Written by RM Vaughan

Pervatory, originally titled What We Do Here, We Do For Ourselves, opens with a scene familiar to anyone who has experienced the confines of a mental health institution. A brutal respite from life, where cold yellowish walls and uncaring staff provide a make-shift sanctuary from the outside world.

The protagonist of Pervatory, Martin Murray Heather, embarks on a journey through the pages of Vaughan’s posthumously released novel by Coach House Books. The narrative plays with Vaughan’s own mental health issues which ultimately led to his untimely suicide in October of 2020.

Pervatory was introduced to the word at a book launch at The Black Eagle and attended by some of Toronto’s art community. During the event, a man was spread eagle near the back of the room while a muscle bound daddy flogged away, a spectacle that Vaughn himself would likely be proud of. The launch notably avoided the topic of suicide, a recurring phenomenon at such events. The reticence to discuss the cause of death raises questions about our societal discomfort and personal guilt surrounding suicide.

Pervatory was found as a completed novel after RM Vaughan’s death, and according to editor Alana Wilcox of Coach House Books, no additional content had been added by the publisher, save for the usual editing Vaughan would encounter such as changing tense, grammatical fixes, and some work resolving timeline issues.

Getting flogged at RM Vaughan's book launch.
Getting flogged at RM Vaughan’s book launch.

Gorgeously designed by Fiona Smith, the cover of “Pervatory” features a graphic illustration of a orifice within a face, with the back cover referencing the Tarot Tower Card which represents danger, crisis, sudden change, destruction, higher learning, and liberation. The character Martin, as well as Vaughn himself, look towards the Tarot as a child who is seeking direction from a parent.

The semi-autobiographical nature of the work includes amusing tales about the children of Berlin, which almost faced exclusion through the editing process, but thankfully remain, and are hilariously rendered accounts. Martin Murray Heather, a name fitting for a Torontonian, treats the reader to a humourous comparison of the people who live in Hogtown versus those living in Germany, drawing parallels between the blandness of the former and the peculiar charm of the latter.  

German glamour is cheap, grubby, and smells a bit of lard and worn shoes. To be glamorous in Germany is to be conspicuously languid, half-awake, like a hippie. Oh, everyone tries.

-Martin Murray Heather, from “Pervatory”

One can assume that Martin is a synonym for RM Vaughn himself, not unlike the characters in the book who are given pseudonyms like “J,” “B,” and “K” to shield against potential hurt feelings or legal repercussions. After all, there are real people behind these letters.

The protagonist grapples with mysterious letters, hand-penned in Russian, which are accompanied by symbolic, demonic drawings. This sub-plot provides an ongoing mystery to Martin, one that also gives way to moments of reflection and self-discovery.

Alexander, a hookup-turned-lover, becomes a central figure, pushing Martin to confront his yearning for love and connection. Martin’s language barrier adds an extra layer of challenge, as he struggles to speak German, which is most often interpreted as a cultural faux pas.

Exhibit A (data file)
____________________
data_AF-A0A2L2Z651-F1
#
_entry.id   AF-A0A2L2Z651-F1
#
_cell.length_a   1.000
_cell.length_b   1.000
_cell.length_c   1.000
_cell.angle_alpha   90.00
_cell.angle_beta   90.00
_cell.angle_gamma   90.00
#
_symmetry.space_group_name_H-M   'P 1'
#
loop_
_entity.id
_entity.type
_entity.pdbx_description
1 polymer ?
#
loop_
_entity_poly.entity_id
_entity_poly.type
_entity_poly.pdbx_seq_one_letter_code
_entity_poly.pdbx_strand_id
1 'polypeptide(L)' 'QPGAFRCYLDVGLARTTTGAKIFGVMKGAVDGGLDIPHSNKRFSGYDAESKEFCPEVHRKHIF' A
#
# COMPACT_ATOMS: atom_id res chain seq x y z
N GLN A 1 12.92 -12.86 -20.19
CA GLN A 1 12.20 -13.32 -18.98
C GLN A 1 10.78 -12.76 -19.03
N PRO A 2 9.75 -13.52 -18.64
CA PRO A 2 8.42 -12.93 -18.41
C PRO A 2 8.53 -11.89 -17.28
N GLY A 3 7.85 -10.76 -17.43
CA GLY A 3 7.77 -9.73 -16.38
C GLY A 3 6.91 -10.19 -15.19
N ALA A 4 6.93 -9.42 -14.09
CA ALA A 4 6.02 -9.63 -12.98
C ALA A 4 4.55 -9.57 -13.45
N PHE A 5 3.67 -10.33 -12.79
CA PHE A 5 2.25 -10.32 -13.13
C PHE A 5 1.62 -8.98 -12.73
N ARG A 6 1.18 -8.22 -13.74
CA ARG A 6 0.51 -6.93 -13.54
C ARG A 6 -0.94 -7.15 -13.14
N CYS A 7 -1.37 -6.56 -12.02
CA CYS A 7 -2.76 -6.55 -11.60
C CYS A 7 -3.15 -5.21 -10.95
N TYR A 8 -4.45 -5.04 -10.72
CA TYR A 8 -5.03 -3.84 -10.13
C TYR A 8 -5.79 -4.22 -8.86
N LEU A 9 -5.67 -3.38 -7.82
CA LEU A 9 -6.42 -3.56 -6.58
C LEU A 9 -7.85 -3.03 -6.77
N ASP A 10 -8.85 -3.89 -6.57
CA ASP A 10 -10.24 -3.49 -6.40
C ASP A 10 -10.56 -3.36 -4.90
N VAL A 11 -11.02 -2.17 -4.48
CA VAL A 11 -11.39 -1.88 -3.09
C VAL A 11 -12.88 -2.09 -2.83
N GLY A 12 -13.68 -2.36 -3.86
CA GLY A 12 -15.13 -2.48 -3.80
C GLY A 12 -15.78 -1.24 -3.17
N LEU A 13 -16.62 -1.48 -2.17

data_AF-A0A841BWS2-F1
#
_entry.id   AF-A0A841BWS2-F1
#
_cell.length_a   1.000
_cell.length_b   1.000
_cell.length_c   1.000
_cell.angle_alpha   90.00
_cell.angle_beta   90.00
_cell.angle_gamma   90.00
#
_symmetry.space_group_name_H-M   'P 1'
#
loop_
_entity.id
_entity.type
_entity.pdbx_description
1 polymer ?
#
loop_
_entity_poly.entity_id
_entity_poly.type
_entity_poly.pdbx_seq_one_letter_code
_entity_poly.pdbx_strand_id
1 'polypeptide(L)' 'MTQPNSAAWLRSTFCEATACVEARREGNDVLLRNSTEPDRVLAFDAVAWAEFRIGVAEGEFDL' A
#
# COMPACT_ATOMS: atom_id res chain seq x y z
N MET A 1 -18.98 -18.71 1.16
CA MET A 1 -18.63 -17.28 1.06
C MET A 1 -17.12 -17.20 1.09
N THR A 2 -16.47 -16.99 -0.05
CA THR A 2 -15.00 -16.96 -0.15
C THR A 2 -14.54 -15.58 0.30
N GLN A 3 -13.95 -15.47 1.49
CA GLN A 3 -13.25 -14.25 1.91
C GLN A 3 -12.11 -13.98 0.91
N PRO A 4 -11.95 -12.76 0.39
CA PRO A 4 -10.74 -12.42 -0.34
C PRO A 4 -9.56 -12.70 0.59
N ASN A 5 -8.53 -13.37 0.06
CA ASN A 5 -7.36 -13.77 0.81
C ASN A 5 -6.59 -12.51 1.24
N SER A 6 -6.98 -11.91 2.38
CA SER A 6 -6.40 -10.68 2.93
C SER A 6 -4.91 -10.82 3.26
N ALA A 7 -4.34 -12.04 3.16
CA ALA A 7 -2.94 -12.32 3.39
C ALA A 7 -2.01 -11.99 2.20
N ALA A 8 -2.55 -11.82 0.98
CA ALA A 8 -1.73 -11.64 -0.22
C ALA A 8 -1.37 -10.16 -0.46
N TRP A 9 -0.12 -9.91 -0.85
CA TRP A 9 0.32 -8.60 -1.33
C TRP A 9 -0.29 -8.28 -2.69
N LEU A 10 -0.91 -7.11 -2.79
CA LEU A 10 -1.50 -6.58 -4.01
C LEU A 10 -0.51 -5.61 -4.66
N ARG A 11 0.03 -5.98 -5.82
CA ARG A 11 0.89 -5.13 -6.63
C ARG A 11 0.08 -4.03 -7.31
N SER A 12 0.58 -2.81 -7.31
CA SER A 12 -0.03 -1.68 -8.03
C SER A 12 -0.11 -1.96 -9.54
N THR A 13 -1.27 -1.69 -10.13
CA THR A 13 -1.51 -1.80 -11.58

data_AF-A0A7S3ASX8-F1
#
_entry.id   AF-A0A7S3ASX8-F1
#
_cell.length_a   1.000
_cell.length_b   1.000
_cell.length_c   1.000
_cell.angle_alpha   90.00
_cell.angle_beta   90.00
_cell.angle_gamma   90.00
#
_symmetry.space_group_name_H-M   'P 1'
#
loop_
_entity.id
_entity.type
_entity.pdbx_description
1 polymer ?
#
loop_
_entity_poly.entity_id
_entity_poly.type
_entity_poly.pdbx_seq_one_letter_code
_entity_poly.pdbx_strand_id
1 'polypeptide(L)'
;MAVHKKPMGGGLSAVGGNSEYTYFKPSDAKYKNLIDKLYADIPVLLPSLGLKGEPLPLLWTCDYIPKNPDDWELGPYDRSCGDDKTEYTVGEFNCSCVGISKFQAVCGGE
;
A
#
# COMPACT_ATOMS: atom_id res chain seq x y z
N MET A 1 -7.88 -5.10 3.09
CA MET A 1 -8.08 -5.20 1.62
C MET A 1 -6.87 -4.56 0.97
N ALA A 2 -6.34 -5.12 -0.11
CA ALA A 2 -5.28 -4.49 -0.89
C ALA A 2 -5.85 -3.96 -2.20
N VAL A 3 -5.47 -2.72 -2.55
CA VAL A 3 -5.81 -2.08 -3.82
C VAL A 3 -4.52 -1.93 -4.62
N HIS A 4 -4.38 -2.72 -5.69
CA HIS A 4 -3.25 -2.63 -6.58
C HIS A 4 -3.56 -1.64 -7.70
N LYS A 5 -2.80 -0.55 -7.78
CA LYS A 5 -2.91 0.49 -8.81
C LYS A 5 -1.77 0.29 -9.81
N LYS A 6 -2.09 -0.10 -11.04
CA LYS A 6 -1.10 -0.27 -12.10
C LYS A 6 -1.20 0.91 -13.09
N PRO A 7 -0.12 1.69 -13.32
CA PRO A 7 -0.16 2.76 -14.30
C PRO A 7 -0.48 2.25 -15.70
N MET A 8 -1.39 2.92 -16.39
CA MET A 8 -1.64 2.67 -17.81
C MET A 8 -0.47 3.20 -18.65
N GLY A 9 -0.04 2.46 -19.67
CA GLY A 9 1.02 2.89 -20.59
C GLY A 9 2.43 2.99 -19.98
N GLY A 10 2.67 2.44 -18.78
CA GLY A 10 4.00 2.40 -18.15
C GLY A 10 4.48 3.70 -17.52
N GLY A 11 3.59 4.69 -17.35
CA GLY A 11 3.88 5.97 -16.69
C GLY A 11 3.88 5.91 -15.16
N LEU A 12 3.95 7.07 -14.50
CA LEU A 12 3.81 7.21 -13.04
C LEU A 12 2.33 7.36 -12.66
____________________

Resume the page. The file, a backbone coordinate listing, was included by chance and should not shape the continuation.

In the midst of his journey, Martin critiques Canadian artists, exposing the transient nature of their attention and the fickleness of their support. The narrative further delves into Martin’s navigation of German culture, addressing sensitive topics like the Nazi era, while exploring wonderfully dirty and dark encounters with many, many men. Martin’s sexual escapades provide a window into his quest for connection, portrayed as a void, capable of consuming everything he is, and is not.

I am not bragging. Most of these situations became exciting
or ironically glamorous only after the fact. Often, at the time, I just felt stupid and detached. But not always.

-Martin Murray Heather, from “Pervatory”

And then there’s a strange, reoccurring dream about a dog, a river and a deep back pocket. This dream, affecting his waking hours, proves to hold a peculiar significance for him, in that in the dream he’s always reaching into the pocket but never quite reaching what’s hiding deep inside.

Pervatory offers a poignant exploration of love, identity, mental health, and the intricacies of human connection set against the backdrop of a city filled with contradictions. The novel is a testament to RM Vaughan’s literary prowess, marked by his historic ability to elevate artists with a few keystrokes.

The least confusing aspect of living in Berlin was my relationship to other artists. It was exactly the same as the take-and-take relationship I had with creative people in Toronto. I was a conduit to the magic world of press, nothing more.

-Martin Murray Heather, from “Pervatory”

Knowing that Vaughan himself had spent a considerable amount of time in Germany, Pervatory offers an unofficial glimpse into his life, love, and struggles as a genius artist living at the fate of his mental health and painting him as a wildly misunderstood, struggling to find his place in the world. A blazing work worthy of praise and exploration by anyone who is living in, or on, the perimeters of the art world.

BUY THE BOOK: Pervatory.

Review by Raymond Helkio for The Reading Salon.

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